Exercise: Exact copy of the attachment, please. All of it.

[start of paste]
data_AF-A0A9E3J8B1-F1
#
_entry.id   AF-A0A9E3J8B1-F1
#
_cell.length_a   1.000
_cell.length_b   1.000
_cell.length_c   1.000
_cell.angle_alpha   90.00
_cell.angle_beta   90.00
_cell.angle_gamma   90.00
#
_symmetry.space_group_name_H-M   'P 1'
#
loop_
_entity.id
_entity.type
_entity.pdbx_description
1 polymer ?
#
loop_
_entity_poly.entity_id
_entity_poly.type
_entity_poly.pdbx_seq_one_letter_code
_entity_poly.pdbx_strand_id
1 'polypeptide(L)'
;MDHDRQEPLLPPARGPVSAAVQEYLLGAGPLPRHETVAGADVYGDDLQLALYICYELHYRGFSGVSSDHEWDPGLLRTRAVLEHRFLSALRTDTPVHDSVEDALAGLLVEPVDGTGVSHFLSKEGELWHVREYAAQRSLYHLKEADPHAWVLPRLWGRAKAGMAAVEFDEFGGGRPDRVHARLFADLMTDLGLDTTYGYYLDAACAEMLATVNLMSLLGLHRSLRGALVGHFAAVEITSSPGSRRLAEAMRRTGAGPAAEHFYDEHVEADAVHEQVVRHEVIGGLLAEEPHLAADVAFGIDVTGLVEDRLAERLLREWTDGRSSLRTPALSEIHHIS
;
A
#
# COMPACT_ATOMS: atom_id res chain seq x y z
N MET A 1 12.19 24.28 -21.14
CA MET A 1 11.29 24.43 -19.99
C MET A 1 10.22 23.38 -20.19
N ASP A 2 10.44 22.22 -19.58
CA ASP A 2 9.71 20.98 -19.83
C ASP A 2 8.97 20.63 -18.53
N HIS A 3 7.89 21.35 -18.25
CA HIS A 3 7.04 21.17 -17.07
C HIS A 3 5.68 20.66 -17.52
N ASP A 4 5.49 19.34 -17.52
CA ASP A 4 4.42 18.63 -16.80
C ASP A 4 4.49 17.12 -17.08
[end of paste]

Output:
data_AF-A0A9E3J8B1-F1
#
_entry.id   AF-A0A9E3J8B1-F1
#
_cell.length_a   1.000
_cell.length_b   1.000
_cell.length_c   1.000
_cell.angle_alpha   90.00
_cell.angle_beta   90.00
_cell.angle_gamma   90.00
#
_symmetry.space_group_name_H-M   'P 1'
#
loop_
_entity.id
_entity.type
_entity.pdbx_description
1 polymer ?
#
loop_
_entity_poly.entity_id
_entity_poly.type
_entity_poly.pdbx_seq_one_letter_code
_entity_poly.pdbx_strand_id
1 'polypeptide(L)'
;MDHDRQEPLLPPARGPVSAAVQEYLLGAGPLPRHETVAGADVYGDDLQLALYICYELHYRGFSGVSSDHEWDPGLLRTRAVLEHRFLSALRTDTPVHDSVEDALAGLLVEPVDGTGVSHFLSKEGELWHVREYAAQRSLYHLKEADPHAWVLPRLWGRAKAGMAAVEFDEFGGGRPDRVHARLFADLMTDLGLDTTYGYYLDAACAEMLATVNLMSLLGLHRSLRGALVGHFAAVEITSSPGSRRLAEAMRRTGAGPAAEHFYDEHVEADAVHEQVVRHEVIGGLLAEEPHLAADVAFGIDVTGLVEDRLAERLLREWTDGRSSLRTPALSEIHHIS
;
A
#
# COMPACT_ATOMS: atom_id res chain seq x y z
N MET A 1 12.19 24.28 -21.14
CA MET A 1 11.29 24.43 -19.99
C MET A 1 10.22 23.38 -20.19
N ASP A 2 10.44 22.22 -19.58
CA ASP A 2 9.71 20.98 -19.83
C ASP A 2 8.97 20.63 -18.53
N HIS A 3 7.89 21.35 -18.25
CA HIS A 3 7.04 21.17 -17.07
C HIS A 3 5.68 20.66 -17.52
N ASP A 4 5.49 19.34 -17.52
CA ASP A 4 4.42 18.63 -16.80
C ASP A 4 4.49 17.12 -17.08